Sarah the Priestess: The First Matriarch of Genesis and Hagar the Egyptian: Lost Traditions of the Matriarchs, Savina Teubal
Interestingly suggestive of how we may have too easily misread the lives of early women. But probably not reliably accurate with historical data. 199 and 226 pages.
Howard’s End, E.M. Forster
A great novel of Edwardian England. Satisfying and believable even when everyone receives their poetic justice. Some of the best writing in the English language. 359 pages.
Discovering Eve: Ancient Israelite Women in Context, Carol Meyers
Solid scholarship, well-written archaeology. Eve’s story as an allegory of the agricultural revolution in the ancient Middle East. 238 pages.
Rachel’s Daughters: Newly Orthodox Jewish Women, Debra Renee Kaufman
Respectfully observant and attentive to a category of women who are usually ignored by feminists and exploited by traditionalists—modern women who choose to convert to a more traditional orthodox Judaism. Why choose orthodoxy? I enjoyed hearing their stories. 243 pages.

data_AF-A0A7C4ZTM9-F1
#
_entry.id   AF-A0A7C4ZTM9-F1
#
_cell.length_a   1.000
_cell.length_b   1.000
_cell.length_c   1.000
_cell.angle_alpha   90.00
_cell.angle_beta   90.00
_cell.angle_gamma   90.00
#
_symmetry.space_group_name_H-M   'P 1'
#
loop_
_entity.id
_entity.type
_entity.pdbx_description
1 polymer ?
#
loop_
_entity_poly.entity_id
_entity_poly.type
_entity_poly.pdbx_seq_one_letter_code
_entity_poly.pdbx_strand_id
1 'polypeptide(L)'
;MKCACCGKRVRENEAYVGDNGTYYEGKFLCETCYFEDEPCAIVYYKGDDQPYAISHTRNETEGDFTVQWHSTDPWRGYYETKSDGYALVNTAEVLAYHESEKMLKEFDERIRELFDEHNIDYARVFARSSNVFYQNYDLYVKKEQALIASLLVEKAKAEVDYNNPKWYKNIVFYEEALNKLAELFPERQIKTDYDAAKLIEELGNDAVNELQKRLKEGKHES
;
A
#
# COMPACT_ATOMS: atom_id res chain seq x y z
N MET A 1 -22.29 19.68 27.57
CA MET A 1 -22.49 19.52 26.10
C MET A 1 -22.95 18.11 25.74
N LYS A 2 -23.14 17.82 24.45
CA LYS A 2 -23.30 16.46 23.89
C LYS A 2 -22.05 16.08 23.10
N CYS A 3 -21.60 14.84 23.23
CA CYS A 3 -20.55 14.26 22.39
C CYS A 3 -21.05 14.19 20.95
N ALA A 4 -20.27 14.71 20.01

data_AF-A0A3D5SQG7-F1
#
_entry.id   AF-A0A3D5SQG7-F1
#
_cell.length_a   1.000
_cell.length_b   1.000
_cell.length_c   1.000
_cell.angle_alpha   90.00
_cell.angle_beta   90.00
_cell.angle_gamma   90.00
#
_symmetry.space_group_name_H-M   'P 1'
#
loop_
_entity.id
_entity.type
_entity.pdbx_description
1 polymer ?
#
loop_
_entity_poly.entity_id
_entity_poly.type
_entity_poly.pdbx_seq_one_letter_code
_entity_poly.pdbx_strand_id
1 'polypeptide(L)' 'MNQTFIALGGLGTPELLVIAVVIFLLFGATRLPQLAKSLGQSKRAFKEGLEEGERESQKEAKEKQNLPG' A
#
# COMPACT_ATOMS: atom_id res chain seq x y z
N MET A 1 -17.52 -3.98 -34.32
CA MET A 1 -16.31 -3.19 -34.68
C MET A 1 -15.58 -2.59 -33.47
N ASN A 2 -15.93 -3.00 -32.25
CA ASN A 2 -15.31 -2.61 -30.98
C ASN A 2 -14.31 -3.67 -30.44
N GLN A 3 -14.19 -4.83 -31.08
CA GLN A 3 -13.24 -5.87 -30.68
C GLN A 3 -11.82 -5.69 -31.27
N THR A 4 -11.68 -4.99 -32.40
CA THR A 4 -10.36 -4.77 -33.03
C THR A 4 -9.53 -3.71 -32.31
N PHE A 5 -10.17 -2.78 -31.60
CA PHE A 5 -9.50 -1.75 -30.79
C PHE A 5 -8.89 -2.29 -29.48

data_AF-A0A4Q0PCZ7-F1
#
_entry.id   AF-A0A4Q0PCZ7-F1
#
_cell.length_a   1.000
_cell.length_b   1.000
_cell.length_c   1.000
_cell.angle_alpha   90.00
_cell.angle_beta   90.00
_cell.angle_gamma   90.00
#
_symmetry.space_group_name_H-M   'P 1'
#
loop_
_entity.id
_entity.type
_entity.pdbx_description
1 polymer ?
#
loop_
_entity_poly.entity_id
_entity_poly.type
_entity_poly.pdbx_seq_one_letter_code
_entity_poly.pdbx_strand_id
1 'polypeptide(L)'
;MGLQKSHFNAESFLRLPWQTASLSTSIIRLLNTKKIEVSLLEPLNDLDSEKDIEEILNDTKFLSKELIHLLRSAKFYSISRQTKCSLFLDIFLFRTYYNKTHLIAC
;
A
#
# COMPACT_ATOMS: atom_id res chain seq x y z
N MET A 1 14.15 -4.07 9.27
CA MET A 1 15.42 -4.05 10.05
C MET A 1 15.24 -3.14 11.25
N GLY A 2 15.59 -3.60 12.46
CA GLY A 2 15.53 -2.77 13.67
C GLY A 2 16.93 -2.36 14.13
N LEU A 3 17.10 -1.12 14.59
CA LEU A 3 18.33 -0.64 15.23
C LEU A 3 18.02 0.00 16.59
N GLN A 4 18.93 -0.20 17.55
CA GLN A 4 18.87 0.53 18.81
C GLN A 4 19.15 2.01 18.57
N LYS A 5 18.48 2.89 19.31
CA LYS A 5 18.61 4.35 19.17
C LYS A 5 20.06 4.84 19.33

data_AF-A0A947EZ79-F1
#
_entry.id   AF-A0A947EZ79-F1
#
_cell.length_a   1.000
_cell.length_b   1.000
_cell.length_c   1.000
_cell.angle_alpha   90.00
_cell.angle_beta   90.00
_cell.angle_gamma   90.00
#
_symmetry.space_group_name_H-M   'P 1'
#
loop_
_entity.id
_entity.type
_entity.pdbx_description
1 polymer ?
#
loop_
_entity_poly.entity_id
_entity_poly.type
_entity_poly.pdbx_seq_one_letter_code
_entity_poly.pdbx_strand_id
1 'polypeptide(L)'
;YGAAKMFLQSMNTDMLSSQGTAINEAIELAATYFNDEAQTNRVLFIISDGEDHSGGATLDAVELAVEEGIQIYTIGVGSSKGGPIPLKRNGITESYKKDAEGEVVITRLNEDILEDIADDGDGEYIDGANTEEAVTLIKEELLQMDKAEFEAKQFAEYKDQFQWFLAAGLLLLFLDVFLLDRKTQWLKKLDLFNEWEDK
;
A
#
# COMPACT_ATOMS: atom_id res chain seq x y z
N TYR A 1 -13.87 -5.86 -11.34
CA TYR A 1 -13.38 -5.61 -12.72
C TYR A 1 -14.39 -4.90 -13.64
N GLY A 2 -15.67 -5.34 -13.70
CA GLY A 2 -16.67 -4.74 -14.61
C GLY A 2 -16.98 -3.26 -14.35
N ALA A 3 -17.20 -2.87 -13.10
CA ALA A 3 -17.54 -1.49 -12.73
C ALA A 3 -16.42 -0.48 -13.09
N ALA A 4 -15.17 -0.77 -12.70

The Seven Ages, Eva Figes
A fictional history of women in England over a thousand. A little too polemical in spots—do we always have to see yesterday’s women as victims?—but worth the read and a technically intriguing story-style. 186 pages.
The Eight, Catherine Neville
An Indiana Jones adventure for thinking women set in modern-day New York and the Middle East and in France at the time of the Revolution. 550 pages.
Whole Child/ Whole Parent, Polly Berends Berenger
The only helpful parenting guide I’ve seen. Most memorable quote for me: “Babies need peace more than sleep and love more than food.” 364 pages.
Radical Reflections: Passionate Opinions on Teaching, Learning, and Living, Mem Fox
Energetic autobiographical essays from a favorite picture book author. Her ideas are excellent and passionately argued. 192 pages